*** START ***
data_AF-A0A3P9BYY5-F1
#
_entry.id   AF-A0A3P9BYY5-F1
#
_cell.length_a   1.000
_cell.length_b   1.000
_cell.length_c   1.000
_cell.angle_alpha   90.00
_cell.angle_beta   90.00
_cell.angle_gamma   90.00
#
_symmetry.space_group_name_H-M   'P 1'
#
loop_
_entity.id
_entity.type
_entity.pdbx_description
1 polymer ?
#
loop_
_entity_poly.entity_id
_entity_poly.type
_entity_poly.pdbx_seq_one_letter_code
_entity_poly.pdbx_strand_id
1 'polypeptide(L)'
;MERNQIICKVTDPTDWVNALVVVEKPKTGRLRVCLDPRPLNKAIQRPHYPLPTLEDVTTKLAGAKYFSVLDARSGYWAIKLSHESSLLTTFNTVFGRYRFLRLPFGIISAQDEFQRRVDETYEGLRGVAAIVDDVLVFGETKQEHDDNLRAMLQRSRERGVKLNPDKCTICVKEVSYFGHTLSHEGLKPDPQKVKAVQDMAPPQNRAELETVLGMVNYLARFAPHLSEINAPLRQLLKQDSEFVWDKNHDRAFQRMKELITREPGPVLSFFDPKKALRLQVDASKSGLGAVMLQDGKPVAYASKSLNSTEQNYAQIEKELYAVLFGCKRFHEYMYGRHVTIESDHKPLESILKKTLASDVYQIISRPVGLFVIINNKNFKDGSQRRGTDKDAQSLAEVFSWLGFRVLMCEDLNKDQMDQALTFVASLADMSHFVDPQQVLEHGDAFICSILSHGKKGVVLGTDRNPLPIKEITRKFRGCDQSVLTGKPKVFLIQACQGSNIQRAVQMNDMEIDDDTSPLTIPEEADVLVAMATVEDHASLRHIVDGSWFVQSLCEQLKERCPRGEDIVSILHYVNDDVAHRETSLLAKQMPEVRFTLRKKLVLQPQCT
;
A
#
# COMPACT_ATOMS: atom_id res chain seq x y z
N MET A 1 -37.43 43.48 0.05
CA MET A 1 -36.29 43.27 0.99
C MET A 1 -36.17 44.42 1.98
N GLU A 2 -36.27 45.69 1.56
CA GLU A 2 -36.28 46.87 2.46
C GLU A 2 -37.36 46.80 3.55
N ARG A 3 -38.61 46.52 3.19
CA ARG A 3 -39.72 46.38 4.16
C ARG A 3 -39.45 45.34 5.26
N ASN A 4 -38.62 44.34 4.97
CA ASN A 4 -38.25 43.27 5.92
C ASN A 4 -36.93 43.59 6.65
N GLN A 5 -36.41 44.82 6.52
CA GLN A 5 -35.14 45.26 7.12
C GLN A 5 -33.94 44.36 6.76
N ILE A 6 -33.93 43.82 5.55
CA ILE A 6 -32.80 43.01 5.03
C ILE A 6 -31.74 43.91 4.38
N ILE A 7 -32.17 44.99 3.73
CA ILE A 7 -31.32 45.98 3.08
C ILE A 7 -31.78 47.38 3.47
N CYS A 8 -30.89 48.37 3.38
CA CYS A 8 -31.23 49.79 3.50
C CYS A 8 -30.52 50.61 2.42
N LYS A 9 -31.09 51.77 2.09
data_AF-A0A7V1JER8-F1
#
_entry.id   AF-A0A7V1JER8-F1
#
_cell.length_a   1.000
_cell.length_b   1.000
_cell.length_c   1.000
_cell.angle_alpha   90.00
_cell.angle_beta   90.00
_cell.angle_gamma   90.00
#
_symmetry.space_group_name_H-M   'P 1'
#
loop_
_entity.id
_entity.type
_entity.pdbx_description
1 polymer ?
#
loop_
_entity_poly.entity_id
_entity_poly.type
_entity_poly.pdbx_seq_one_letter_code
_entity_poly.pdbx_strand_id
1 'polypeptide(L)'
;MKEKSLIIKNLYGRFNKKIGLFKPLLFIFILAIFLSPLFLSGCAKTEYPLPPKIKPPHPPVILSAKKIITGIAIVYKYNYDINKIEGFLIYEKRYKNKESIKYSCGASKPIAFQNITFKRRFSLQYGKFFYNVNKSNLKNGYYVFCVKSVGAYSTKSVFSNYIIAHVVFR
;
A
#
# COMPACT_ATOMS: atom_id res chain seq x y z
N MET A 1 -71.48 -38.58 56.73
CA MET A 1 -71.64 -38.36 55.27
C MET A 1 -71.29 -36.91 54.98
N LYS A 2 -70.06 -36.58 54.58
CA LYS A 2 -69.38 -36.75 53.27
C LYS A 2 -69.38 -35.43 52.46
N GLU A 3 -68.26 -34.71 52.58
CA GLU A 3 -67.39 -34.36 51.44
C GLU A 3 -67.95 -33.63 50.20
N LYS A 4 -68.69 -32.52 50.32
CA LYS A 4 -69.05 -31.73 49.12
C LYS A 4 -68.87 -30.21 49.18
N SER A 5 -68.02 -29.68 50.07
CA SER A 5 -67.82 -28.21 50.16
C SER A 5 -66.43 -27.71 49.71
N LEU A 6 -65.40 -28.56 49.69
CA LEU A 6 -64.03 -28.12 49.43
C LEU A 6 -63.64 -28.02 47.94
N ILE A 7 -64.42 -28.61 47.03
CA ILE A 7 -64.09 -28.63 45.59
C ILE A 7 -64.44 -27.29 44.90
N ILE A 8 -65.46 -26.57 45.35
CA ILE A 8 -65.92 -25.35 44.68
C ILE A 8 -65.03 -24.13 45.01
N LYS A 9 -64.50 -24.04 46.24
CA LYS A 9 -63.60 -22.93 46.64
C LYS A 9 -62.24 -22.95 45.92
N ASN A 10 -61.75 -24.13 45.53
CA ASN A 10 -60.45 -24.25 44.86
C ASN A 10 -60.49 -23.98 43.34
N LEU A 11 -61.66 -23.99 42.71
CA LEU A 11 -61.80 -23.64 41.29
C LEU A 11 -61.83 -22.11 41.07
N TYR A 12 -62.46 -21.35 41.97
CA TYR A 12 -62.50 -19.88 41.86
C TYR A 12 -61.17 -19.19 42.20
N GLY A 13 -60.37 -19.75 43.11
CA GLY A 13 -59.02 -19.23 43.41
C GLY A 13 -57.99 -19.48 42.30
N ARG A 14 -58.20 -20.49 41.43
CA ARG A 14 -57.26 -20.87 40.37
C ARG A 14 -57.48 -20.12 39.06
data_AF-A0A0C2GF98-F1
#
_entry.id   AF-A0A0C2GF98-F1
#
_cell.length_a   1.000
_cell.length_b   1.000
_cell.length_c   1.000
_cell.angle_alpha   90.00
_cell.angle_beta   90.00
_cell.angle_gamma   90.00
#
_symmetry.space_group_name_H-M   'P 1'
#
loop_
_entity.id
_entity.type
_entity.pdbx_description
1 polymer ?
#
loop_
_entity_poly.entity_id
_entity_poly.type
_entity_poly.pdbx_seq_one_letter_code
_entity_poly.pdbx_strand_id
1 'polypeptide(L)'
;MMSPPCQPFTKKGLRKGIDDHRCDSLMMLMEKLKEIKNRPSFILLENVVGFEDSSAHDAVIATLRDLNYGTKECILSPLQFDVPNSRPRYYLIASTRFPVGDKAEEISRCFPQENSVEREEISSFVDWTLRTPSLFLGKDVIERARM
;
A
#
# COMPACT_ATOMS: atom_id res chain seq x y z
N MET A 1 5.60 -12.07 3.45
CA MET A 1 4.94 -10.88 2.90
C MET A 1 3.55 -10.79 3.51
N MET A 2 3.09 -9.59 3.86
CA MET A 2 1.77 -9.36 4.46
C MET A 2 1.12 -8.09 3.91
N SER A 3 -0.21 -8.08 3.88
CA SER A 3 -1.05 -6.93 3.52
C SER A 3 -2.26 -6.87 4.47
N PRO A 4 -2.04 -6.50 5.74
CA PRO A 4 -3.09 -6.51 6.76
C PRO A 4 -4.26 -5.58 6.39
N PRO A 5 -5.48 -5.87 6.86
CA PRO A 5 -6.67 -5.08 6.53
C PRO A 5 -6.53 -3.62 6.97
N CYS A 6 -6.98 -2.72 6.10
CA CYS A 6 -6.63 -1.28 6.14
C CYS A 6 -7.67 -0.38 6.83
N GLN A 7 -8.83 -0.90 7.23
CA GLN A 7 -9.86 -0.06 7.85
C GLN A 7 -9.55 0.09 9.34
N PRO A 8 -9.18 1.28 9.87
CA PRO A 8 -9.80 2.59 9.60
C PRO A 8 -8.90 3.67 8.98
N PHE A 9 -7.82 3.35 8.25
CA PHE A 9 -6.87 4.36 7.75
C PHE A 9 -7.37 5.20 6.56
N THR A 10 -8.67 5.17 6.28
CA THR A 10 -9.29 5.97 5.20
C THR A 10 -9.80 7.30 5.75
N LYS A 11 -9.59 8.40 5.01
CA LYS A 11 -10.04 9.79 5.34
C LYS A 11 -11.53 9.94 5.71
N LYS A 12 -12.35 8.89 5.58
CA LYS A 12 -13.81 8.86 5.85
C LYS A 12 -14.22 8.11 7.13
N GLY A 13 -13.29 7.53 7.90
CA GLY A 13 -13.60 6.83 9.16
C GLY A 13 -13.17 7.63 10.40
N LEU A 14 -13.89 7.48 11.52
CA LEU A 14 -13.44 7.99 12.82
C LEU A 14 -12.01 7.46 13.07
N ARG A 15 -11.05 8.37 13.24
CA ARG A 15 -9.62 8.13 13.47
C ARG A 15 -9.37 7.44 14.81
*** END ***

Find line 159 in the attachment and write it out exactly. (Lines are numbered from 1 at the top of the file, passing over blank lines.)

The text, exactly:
CA MET A 1 4.94 -10.88 2.90